State Approves 214 Mile Montana-Alberta Power Line

By Beacon Staff

BILLINGS – A 214-mile power line expected to spur several large-scale wind energy projects in northwestern Montana is one step from final approval, after state regulators signed off on the project Wednesday.

The $150 million Montana-Alberta Tie line would carry up to 300 megawatts of power each direction between Great Falls and Lethbridge, Alberta.

Contracts are in place with three companies — Wind Hunter, NaturEner and Invenergy — that want to use the line’s 600 megawatts of capacity for several planned wind farms.

That could more than triple the amount of wind energy produced in Montana. The state is considered to have some of the best winds in the country for power generation, but has long trailed other states in development.

“This really opens the door for wind developments that we know are coming, that are going to provide a lot of economic benefits in northwestern Montana,” said Richard Opper, director of the Montana Department of Environmental Quality.

The transmission line, known as MATL, is proposed by Tonbridge Power, Inc. of Toronto. The company is finalizing a $90 million construction loan and has customer agreements to prepay $35 million in future revenues toward the cost of the project.

Canadian officials signed off on the line in August. The Montana DEQ on Wednesday awarded the project a certificate needed for construction.

Still needed is a border crossing permit from the U.S. Department of Energy, which is expected to act within the next several weeks.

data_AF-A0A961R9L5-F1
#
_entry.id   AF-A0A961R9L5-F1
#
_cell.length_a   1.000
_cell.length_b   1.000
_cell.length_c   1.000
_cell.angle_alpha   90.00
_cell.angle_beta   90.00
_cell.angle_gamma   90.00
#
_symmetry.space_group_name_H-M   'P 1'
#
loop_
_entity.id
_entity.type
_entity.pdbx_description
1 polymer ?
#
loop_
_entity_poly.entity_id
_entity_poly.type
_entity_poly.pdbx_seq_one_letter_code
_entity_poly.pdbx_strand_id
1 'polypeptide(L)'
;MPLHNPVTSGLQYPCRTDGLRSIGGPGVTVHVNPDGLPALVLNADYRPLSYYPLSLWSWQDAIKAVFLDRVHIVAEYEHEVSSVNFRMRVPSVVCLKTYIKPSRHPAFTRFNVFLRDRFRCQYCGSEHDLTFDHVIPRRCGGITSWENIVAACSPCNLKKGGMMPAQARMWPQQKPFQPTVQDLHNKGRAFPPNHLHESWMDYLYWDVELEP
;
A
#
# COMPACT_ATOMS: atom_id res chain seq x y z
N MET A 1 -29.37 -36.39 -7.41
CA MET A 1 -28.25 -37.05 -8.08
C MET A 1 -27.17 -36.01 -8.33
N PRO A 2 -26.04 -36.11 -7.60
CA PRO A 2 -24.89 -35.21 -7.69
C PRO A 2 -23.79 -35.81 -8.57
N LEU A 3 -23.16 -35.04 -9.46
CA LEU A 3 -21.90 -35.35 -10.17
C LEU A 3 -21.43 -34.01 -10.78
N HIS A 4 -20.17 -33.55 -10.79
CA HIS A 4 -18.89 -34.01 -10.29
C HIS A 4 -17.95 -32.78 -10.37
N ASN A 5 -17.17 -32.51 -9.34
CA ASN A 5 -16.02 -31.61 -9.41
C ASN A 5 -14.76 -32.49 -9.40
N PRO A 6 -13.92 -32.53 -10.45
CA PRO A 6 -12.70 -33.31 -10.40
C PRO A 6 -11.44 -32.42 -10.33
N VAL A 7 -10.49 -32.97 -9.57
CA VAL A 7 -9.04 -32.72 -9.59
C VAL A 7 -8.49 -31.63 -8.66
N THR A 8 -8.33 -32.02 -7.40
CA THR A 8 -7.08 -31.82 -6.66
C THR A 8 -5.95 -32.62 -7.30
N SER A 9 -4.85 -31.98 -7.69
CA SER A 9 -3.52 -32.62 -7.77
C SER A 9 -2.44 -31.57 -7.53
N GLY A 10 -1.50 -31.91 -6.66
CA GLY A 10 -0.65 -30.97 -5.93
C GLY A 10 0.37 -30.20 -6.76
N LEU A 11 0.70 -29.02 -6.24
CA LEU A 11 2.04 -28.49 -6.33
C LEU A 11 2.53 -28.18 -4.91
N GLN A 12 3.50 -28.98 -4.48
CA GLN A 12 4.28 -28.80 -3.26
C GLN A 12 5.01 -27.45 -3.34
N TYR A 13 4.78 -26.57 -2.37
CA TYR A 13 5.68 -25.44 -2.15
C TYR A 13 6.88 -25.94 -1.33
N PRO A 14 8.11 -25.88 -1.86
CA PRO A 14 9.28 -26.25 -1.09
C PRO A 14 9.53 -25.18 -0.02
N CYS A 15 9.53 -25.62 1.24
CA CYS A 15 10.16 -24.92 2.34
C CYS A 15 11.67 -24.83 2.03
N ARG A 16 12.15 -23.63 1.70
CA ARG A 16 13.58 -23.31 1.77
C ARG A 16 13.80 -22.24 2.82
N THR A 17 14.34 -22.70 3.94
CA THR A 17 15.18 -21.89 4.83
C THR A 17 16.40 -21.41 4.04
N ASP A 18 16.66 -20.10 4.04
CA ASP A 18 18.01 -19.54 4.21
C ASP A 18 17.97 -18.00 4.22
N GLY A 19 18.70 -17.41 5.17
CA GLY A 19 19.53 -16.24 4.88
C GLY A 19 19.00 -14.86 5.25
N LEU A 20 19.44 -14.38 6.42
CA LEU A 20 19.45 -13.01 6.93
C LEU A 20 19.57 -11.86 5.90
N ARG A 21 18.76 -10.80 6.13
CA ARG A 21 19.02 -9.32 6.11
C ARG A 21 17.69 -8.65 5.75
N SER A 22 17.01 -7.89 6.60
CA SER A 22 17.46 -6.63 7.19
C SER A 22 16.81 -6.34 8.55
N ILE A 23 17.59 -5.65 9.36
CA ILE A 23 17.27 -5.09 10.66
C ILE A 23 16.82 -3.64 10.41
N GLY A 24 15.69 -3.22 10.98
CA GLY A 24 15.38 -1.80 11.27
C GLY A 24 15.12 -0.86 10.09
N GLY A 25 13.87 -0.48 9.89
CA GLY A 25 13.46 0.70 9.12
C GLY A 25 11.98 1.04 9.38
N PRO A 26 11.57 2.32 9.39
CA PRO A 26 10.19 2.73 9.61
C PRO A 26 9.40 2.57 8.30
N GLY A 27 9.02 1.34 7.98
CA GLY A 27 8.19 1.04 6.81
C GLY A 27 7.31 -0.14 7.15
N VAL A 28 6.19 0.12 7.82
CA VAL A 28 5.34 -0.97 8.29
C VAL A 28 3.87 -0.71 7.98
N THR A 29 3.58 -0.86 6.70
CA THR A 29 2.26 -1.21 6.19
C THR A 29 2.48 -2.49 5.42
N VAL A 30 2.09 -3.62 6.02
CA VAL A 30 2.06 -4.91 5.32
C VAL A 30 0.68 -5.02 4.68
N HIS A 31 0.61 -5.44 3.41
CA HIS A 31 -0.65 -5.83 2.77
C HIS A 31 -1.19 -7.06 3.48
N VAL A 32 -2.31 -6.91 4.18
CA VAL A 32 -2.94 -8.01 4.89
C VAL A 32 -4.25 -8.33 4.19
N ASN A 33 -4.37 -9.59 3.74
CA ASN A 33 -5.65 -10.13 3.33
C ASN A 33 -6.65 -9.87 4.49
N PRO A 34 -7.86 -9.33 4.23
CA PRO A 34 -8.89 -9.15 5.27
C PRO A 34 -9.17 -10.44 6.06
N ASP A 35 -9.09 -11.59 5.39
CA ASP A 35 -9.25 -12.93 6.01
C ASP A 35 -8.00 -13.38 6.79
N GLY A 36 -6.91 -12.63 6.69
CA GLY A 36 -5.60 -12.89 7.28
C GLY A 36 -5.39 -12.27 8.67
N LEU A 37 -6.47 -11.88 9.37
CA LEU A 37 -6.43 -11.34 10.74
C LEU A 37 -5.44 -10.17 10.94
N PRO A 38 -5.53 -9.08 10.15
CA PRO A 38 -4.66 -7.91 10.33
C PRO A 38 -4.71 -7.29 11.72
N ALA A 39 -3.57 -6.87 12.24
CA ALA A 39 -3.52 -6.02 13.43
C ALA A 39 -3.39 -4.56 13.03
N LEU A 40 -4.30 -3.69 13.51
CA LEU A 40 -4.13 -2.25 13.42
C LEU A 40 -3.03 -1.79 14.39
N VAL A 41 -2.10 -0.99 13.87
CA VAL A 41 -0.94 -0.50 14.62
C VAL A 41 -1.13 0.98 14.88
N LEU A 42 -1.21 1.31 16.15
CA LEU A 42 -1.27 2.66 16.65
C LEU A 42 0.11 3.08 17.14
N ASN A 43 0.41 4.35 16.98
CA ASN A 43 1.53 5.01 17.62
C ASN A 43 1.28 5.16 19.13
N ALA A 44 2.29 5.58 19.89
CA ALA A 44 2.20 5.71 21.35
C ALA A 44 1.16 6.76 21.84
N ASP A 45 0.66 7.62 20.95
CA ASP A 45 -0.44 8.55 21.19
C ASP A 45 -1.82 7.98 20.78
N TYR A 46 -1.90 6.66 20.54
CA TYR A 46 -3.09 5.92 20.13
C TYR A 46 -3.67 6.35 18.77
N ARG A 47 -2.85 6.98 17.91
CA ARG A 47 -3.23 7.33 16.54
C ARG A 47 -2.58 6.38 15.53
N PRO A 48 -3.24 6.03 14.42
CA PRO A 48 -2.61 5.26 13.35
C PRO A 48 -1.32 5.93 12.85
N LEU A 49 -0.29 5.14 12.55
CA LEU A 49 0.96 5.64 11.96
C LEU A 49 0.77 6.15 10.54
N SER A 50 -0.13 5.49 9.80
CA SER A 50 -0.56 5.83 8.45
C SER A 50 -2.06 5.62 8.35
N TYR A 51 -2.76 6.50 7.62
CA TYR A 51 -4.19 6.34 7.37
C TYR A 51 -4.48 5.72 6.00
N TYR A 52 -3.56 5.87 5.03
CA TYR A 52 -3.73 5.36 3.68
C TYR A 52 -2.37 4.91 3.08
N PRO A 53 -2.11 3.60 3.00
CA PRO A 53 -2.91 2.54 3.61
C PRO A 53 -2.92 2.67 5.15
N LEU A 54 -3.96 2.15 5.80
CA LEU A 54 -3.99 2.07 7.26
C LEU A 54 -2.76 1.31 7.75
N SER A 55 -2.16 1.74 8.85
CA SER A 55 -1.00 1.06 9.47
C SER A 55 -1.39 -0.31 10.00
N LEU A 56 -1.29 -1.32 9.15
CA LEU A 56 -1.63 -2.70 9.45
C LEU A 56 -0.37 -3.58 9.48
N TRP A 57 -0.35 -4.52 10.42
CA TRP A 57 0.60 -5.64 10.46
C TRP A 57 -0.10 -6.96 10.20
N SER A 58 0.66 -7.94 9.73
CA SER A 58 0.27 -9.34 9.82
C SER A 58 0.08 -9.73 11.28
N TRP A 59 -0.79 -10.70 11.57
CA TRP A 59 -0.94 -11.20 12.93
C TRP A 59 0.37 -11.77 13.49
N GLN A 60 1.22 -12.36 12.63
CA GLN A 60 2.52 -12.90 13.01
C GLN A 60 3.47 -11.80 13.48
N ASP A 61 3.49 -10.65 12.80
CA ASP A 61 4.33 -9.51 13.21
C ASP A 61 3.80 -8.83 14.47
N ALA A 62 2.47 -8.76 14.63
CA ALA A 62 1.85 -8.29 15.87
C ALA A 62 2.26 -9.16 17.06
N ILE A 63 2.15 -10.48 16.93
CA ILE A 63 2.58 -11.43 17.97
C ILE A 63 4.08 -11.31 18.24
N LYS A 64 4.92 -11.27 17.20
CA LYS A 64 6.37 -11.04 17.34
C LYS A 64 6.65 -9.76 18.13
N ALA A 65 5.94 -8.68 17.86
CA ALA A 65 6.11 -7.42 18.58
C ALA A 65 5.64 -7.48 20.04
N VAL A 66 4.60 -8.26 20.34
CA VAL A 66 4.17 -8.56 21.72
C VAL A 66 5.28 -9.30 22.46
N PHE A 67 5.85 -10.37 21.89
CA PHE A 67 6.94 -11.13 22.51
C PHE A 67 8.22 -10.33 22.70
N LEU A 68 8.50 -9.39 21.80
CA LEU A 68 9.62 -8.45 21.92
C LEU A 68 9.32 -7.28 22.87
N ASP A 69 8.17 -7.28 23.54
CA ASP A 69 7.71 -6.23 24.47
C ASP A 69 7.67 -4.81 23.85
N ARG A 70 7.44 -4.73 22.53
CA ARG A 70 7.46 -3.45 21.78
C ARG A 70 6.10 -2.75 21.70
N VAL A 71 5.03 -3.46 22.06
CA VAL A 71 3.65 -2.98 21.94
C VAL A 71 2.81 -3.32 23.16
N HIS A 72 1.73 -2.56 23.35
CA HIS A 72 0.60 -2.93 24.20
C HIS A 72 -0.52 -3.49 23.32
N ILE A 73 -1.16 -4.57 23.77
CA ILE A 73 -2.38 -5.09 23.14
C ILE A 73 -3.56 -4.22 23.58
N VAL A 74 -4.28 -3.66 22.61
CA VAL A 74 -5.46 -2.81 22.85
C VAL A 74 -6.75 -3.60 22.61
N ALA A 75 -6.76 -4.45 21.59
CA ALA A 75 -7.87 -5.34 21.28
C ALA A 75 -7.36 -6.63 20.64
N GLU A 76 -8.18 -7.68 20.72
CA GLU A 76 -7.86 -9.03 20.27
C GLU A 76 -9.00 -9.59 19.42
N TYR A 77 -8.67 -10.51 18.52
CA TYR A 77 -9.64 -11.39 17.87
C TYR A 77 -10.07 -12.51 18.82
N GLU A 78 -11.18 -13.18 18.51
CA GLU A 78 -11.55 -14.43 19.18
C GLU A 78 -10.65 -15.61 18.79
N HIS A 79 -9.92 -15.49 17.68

However, some farmers on both sides of the border have objected to the line crossing their land. A pending court appeal brought by farmers in Canada threatens to delay the project if the farmers prevail. A hearing in the case is scheduled for January 13.

Tonbridge plans to begin construction next spring and complete the line roughly a year later.

Montana regulators said Wednesday they had selected a route that would minimize the number and extent of such crossings.

Tonbridge chief executive Johan van’t Hof said the company would pay landowners for the rights-of-way, for rental space for the transmission poles and towers, and for any damage to crops.

The company’s vice president for regulatory affairs, Bob Williams, said right-of-way agreements have been reached with about a third of the 440 property owners whose land will be crossed.

“This project has been reviewed by a number of regulatory agencies,” Williams said. “We remain fully confident that the need for this project is not in question.”

Company officials said the project was boosted by a “clean and green” energy bill approved by the Montana Legislature to give property tax breaks to projects that emit no carbon — a major contributor to global warming.

Van’t Hof said those tax reductions would save the company about $3 million annually.

Wind farms in Montana currently generate about 271 megawatts of electricity, or enough to power up to 135,000 homes. That ranks the state 17th in the nation, according to the American Wind Energy Association.